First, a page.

Saturday, April 12, 2014

K ~ Kaviar, the Peanut Butter of Sweden #atozchallenge


All Aboard! "It's Very Swedish..." a train on a cultural journey through Sweden, exploring the differences big and small between American and Swedish culture.

***
Yes, more food, but I really can't write about cultural differences without kaviar and peanut butter.  No, still haven't lost it, though some of the info@ email is making me just scratch my head in wonder...




How can these be the same?  One is creamed cod roe with some color added, and comes in a toothpaste tube for pete's sake, and the other is a staple of life, no kid grows up without it, peanut butter!

Well that would depend on where you grow up, now wouldn't it.  What if you have a split childhood like I do? 




This is the kaviar spread out on the WASA (previously discussed) bread, and sprinkled with, wanna guess? Dill.  Pampered Chef Dill Blend, to be exact.  Yummy snack.  Salty, crunchy, has some spice to it.  Perfect afternoon treat.

Versatile.  Kaviar can top anything (like an egg! or a shrimp sandwich!) and BE topped with a wide variety of delicious condiments.  I like cucumber slices, cherry tomatoes, bell peppers, fresh herbs from my garden, fresh DILL.  The combinations are limitless, really. Anything you'd put with fish tastes great.

Over the years, I've made most (the willing) friends try this.  I now have a convert.  SMK tasted it one night, and liked it.  Took a couple of WASA's home with her, with kaviar.

Next thing you know, she's texting me late at night, "Do you have a tube I could buy?  I'm just craving it!" I, like any good dealer, gave her the first one for free. She was all excited because she had found a snack she loved that none of her kids would touch.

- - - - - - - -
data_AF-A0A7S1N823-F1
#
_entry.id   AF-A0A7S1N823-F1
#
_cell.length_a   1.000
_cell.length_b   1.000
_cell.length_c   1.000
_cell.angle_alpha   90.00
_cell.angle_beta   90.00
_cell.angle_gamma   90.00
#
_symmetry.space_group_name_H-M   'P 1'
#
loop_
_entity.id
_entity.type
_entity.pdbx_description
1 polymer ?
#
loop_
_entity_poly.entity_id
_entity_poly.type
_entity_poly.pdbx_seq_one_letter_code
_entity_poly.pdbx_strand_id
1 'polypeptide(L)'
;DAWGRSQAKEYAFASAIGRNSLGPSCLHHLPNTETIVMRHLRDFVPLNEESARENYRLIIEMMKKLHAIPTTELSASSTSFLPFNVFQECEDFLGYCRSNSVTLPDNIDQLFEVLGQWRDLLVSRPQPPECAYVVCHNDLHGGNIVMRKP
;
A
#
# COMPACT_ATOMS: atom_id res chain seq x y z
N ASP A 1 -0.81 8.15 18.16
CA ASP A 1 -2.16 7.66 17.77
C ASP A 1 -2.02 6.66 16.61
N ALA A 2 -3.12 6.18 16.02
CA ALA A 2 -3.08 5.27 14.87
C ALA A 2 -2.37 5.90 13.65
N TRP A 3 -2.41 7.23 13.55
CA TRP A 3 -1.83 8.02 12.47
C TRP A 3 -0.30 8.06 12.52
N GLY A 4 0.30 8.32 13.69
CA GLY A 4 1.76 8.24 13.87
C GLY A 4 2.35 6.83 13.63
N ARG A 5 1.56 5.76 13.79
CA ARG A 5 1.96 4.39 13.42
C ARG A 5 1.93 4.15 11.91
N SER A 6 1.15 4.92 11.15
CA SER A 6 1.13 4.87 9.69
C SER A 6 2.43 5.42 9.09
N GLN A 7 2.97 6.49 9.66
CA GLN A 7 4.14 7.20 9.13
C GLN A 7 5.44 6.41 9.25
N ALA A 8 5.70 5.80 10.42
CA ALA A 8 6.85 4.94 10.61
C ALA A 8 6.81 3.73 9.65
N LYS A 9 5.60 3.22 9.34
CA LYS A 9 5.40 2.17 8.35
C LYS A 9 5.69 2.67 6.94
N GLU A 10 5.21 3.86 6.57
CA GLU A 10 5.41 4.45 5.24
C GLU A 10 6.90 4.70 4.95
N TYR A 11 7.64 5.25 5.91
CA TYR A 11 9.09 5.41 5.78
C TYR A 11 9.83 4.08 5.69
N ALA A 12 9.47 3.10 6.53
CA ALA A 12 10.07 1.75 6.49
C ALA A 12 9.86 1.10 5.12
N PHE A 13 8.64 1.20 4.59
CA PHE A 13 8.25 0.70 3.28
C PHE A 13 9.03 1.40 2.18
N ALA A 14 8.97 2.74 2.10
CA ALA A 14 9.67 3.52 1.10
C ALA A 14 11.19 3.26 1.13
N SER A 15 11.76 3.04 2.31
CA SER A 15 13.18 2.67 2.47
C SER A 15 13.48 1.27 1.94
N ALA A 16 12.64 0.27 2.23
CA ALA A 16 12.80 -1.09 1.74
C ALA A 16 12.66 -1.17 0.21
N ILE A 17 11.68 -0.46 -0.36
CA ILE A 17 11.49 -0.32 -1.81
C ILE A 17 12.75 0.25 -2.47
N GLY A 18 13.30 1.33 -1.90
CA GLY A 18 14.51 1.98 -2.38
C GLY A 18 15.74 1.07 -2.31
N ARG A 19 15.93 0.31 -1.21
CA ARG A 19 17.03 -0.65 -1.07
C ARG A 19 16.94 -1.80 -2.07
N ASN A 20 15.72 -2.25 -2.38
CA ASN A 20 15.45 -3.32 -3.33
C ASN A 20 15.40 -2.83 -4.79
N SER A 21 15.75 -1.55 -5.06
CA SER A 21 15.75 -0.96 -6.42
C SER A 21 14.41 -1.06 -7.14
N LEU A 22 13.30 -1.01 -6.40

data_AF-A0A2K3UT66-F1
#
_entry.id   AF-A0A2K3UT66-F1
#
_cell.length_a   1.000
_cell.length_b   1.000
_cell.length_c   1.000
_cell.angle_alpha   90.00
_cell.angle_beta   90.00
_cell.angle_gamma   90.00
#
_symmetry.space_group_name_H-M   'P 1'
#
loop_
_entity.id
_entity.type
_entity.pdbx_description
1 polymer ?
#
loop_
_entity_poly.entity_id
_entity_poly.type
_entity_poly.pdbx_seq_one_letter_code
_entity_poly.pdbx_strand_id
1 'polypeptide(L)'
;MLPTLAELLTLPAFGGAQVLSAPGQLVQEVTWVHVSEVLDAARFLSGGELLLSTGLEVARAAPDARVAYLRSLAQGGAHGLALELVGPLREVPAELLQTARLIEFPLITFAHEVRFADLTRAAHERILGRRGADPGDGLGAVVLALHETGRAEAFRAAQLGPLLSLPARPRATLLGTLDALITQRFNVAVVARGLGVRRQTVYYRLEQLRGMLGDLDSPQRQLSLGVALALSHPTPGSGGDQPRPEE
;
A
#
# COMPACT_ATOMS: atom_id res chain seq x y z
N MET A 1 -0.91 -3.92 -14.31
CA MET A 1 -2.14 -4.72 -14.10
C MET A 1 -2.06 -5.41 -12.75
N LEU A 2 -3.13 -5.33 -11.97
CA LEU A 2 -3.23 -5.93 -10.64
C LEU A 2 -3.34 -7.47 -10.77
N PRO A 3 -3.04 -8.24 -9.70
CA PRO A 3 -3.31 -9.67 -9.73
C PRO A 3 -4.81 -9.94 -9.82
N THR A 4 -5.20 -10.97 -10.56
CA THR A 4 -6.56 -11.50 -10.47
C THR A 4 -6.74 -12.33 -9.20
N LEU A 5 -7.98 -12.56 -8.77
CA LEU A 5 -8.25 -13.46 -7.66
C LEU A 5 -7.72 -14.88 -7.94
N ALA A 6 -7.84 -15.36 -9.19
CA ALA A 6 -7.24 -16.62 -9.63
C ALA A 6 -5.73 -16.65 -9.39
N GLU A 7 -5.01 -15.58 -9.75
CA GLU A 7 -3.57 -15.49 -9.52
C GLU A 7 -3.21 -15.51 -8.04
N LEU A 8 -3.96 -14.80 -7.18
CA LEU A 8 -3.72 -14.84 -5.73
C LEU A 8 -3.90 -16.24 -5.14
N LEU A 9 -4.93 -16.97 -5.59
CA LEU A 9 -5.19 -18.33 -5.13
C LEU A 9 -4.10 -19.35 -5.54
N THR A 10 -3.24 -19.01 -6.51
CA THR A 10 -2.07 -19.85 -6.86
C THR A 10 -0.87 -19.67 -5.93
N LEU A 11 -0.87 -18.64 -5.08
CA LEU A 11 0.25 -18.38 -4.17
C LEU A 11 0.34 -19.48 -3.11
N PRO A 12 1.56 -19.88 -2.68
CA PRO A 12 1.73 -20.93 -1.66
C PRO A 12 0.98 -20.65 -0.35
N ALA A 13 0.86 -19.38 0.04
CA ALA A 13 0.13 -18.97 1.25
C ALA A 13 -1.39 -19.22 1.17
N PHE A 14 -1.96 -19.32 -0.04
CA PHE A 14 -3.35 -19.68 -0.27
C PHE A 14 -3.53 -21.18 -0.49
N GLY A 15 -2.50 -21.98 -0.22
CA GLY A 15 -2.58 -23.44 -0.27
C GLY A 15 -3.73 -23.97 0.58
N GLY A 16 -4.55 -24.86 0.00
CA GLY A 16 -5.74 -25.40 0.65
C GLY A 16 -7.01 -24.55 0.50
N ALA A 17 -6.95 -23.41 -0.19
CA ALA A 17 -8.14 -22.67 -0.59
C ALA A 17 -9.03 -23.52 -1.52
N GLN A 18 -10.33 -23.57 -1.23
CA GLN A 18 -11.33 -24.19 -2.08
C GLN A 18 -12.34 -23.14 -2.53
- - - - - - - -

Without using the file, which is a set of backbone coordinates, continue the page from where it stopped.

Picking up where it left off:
Wrong.  Turns out the SoccerBoy2, OYT's friend, likes it too - ate the rest of her tube. By the way? OYT is probably THE pickiest eater on the planet.  He loves kaviar.  I have to ration his consumption or I'm left in dire straits.

When is she going back to the peanut butter? Now. Most Swedish kids grow up with that blue and yellow tube of kaviar in their fridge, eating sandwiches with it spread on them. Most American kids grow up with a jar of peanut butter in the house, eating sandwiches spread with that.

When we lived in Sweden, Grandma Vivian had to send us peanut butter.  Not available in Sweden.  Here in the US, we have to import our kaviar, or travel far to a specialty Scandinavian grocery store.  (Well, until IKEA.)  I still order mine from Sweden's Best. They have the most reasonable price, and it comes cryo-packed, and is on sale often.

I was all ready to give SMK another tube when she confessed she'd researched, found my preferred dealer, and ordered a 6-pack. I'm so relieved.  Now I have a back-up stash across the street for when OYT finishes the last tube and leaves me kaviar-less in Colorado.

Does your culture have a food product that defines childhood like this?  Please share.

~Tina, who really enjoyed consuming the photo props


©2014 All Rights Reserved
All photos by me.  Green plate from Farmor's precious dishes.

27 comments:

Andrew Leon said...